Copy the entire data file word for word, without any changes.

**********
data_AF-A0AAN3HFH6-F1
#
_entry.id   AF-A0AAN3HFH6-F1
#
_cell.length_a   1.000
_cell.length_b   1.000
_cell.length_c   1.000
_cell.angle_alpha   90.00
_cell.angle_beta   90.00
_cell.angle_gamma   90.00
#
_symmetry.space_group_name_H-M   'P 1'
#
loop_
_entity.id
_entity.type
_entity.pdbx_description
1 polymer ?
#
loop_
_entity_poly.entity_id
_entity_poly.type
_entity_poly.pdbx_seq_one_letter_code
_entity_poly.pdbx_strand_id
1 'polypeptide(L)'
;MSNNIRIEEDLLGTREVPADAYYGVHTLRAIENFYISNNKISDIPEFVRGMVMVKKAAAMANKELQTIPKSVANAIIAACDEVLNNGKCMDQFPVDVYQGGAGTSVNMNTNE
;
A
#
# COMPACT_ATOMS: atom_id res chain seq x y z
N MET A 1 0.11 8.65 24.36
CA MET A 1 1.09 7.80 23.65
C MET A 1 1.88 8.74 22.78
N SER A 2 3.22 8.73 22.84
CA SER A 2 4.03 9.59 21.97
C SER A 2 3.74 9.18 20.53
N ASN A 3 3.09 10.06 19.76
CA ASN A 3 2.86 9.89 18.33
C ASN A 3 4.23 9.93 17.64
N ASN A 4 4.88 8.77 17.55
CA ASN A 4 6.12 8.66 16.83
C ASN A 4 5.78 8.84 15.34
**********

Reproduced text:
data_AF-A0AAN3HFH6-F1
#
_entry.id   AF-A0AAN3HFH6-F1
#
_cell.length_a   1.000
_cell.length_b   1.000
_cell.length_c   1.000
_cell.angle_alpha   90.00
_cell.angle_beta   90.00
_cell.angle_gamma   90.00
#
_symmetry.space_group_name_H-M   'P 1'
#
loop_
_entity.id
_entity.type
_entity.pdbx_description
1 polymer ?
#
loop_
_entity_poly.entity_id
_entity_poly.type
_entity_poly.pdbx_seq_one_letter_code
_entity_poly.pdbx_strand_id
1 'polypeptide(L)'
;MSNNIRIEEDLLGTREVPADAYYGVHTLRAIENFYISNNKISDIPEFVRGMVMVKKAAAMANKELQTIPKSVANAIIAACDEVLNNGKCMDQFPVDVYQGGAGTSVNMNTNE
;
A
#
# COMPACT_ATOMS: atom_id res chain seq x y z
N MET A 1 0.11 8.65 24.36
CA MET A 1 1.09 7.80 23.65
C MET A 1 1.88 8.74 22.78
N SER A 2 3.22 8.73 22.84
CA SER A 2 4.03 9.59 21.97
C SER A 2 3.74 9.18 20.53
N ASN A 3 3.09 10.06 19.76
CA ASN A 3 2.86 9.89 18.33
C ASN A 3 4.23 9.93 17.64
N ASN A 4 4.88 8.77 17.55
CA ASN A 4 6.12 8.66 16.83
C ASN A 4 5.78 8.84 15.34